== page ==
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Velo Vol 07-19-20 11:20 AM

What size is the front wheel?

datlas 07-19-20 11:26 AM


Originally Posted by Velo Vol (Post 21595570)
What size is the front wheel?

24 inches per the Internet.

Bah Humbug 07-19-20 11:28 AM


Originally Posted by abshipp (Post 21595478)
I know that it would be wholly impractical for riding out here mostly from road conditions, but man they're just so cool.

Also alluding to what Bah Humbug has been talking about, I have absolutely no idea what size I would need.
​​​​​

AG used to hammer out endless hours in the corn fields, so there are places you could probably drive to. Not sure where you are in relation though.

abshipp 07-19-20 11:30 AM


Originally Posted by Bah Humbug (Post 21595585)
AG used to hammer out endless hours in the corn fields, so there are places you could probably drive to. Not sure where you are in relation though.

There's plenty of quiet, straight miles out here.

The issue is that I wouldn't want to ride anything less than 28mm tires, even on a steel frame.

Bah Humbug 07-19-20 11:33 AM


Originally Posted by DougRNS (Post 21595565)
that doesn't look especially aero, IMO.

Proper modern TT bikes weren't available yet, so that was what aero looked like. Carbon shaping allowed the headtube to get short so riders could get low enough without the smaller wheel. The smaller front wheel also helps in the TTT because it gets the rider's body physically closer to the rider in front, which aids the draft strength. It's bad for tri where you have flat supply issues.

Also, this was prior to everything being wind tunneled, so they had to build a frame and test it in the velodrome and see if it worked. We could do better now with steel if we wanted to, but it would still be slower than a P2.

Bah Humbug 07-19-20 11:35 AM


Originally Posted by abshipp (Post 21595591)
There's plenty of quiet, straight miles out here.

The issue is that I wouldn't want to ride anything less than 28mm tires, even on a steel frame.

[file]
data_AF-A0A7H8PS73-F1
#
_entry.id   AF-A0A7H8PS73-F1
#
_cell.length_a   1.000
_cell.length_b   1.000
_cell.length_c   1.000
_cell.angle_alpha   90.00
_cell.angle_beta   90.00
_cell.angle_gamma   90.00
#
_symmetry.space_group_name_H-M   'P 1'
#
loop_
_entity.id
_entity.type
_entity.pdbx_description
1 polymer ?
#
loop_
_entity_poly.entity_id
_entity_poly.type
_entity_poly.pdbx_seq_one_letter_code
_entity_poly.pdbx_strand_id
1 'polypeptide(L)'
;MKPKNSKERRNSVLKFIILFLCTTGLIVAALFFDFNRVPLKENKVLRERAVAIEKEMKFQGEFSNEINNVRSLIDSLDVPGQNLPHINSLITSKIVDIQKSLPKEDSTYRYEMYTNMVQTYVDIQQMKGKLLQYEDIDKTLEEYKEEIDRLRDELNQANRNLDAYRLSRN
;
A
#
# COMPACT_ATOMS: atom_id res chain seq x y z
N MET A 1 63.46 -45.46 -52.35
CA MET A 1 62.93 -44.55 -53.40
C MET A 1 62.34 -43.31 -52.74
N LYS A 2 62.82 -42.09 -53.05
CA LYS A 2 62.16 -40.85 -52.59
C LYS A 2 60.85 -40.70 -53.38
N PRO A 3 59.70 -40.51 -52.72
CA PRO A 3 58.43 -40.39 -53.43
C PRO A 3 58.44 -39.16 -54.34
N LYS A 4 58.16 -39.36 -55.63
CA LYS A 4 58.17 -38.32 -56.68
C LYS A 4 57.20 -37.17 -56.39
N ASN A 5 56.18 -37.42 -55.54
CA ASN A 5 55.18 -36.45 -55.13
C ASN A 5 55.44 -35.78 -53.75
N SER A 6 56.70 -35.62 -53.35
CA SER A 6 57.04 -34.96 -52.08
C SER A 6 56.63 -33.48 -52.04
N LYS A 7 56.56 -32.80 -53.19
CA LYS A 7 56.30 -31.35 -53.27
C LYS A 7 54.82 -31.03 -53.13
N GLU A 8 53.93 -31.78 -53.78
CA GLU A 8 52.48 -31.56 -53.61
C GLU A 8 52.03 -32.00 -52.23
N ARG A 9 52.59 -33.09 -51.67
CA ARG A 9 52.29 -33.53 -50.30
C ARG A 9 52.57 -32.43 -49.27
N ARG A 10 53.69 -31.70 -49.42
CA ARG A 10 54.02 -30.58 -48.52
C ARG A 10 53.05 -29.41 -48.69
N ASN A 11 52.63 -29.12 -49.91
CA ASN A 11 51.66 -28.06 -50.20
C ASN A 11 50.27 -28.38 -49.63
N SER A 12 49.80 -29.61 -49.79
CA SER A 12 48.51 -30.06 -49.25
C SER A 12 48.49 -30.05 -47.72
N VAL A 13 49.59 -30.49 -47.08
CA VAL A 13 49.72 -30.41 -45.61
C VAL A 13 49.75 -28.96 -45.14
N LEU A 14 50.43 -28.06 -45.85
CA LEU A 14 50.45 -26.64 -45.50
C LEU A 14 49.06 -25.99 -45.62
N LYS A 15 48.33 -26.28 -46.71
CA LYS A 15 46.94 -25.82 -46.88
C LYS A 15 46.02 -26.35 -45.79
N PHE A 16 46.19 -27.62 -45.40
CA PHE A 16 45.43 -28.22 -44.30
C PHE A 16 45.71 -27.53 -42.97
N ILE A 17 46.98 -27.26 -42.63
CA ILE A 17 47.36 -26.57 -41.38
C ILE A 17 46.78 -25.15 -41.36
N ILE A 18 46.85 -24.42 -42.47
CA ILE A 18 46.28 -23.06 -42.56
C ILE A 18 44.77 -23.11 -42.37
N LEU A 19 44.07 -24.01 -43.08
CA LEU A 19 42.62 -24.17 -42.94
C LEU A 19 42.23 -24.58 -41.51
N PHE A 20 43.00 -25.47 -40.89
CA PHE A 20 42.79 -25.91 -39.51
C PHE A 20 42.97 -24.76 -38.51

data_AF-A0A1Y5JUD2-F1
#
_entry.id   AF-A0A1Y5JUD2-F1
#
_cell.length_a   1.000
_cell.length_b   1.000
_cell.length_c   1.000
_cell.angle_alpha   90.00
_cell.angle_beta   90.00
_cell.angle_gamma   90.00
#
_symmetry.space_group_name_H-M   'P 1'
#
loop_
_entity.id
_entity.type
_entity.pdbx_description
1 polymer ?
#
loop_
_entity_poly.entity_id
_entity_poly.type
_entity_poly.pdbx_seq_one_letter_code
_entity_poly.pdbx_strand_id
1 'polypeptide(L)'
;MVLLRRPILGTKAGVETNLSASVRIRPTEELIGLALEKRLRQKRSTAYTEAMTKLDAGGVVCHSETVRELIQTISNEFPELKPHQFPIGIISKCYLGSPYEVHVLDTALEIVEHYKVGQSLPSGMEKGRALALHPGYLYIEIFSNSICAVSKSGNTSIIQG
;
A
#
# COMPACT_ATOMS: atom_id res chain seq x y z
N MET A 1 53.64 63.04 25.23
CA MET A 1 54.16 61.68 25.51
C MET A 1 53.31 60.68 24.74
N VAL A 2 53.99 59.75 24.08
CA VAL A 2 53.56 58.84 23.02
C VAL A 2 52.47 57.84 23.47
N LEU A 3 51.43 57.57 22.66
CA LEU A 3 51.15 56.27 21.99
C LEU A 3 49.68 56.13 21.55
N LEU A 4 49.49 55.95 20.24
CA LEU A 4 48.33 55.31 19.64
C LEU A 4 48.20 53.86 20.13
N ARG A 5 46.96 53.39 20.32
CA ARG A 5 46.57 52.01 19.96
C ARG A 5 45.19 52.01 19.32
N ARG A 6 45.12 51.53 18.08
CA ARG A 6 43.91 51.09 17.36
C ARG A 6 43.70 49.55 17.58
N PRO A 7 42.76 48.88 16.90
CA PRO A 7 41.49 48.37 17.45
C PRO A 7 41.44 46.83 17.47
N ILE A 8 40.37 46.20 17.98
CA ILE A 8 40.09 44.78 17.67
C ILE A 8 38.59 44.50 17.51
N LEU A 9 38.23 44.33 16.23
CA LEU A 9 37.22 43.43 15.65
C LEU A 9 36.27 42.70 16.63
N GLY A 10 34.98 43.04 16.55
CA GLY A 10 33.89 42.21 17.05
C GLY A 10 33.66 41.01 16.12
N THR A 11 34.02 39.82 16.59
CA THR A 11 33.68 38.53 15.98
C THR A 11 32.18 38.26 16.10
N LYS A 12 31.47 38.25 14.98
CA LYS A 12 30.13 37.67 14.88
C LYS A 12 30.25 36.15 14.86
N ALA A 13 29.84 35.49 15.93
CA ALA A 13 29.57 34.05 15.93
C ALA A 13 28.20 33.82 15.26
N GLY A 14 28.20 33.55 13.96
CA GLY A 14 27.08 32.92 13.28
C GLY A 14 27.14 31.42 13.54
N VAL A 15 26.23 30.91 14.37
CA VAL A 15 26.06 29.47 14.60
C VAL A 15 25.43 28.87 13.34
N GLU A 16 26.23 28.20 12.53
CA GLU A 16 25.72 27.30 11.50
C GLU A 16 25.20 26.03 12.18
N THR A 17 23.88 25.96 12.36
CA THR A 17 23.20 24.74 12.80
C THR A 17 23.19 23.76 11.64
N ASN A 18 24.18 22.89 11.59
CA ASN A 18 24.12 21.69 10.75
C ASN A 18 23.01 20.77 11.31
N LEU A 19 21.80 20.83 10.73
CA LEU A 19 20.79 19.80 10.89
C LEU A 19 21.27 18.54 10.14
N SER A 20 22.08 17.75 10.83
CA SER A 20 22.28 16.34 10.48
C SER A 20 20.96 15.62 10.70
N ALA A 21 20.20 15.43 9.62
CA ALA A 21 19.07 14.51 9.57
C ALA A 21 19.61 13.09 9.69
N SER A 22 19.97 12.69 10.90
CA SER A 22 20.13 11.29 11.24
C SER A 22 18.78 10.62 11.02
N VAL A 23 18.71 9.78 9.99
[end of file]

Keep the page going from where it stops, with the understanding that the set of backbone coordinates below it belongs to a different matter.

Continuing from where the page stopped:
I think the disc brake TT bikes can, at least some of them. That's getting towards big prices though.

Edit: Yep, the P3X and PseriesDisc can take 28mm measured with the UCI 4mm clearance.

BillyD 07-19-20 12:06 PM


Originally Posted by Bah Humbug (Post 21595360)
The sooner we throw off this Puritan bull****, the better.

It's more than that. When they start wasting resources to pursue trivia, there's usually more going on than meets the eye. Irony not intended.

BillyD 07-19-20 12:10 PM


Originally Posted by abshipp (Post 21595468)
I've stayed home all weekend. Absolutely zero desire to ride :(

Me neither.

kissTheApex 07-19-20 12:18 PM

I was late getting out the door (8:10-ish) this morning but really didnít expect the heat and damp so much so that I considered just closing the garage door and retreating back inside for a couple of seconds. :twitchy:

DougRNS 07-19-20 12:18 PM


Originally Posted by Bah Humbug (Post 21595596)
Proper modern TT bikes weren't available yet, so that was what aero looked like. Carbon shaping allowed the headtube to get short so riders could get low enough without the smaller wheel. The smaller front wheel also helps in the TTT because it gets the rider's body physically closer to the rider in front, which aids the draft strength. It's bad for tri where you have flat supply issues.

Also, this was prior to everything being wind tunneled, so they had to build a frame and test it in the velodrome and see if it worked. We could do better now with steel if we wanted to, but it would still be slower than a P2.

As well documented here, I am frequently admonished by [MENTION=25227]Velo Vol[/MENTION] to be more specific. I was talking about rider position not the equipment.

They look too upright and prone to catching wind. I was thinking lower with flat back.

rjones28 07-19-20 12:19 PM


Originally Posted by Velo Vol (Post 21595265)
If you go down river it shouldn't count--no effort.

Do you remove the descents from your rides? Down hill--no effort.

rjones28 07-19-20 12:23 PM


Originally Posted by Velo Vol (Post 21595278)
Ride Report

--hit the roads at an ungodly hour

--disoriented by the lack of traffic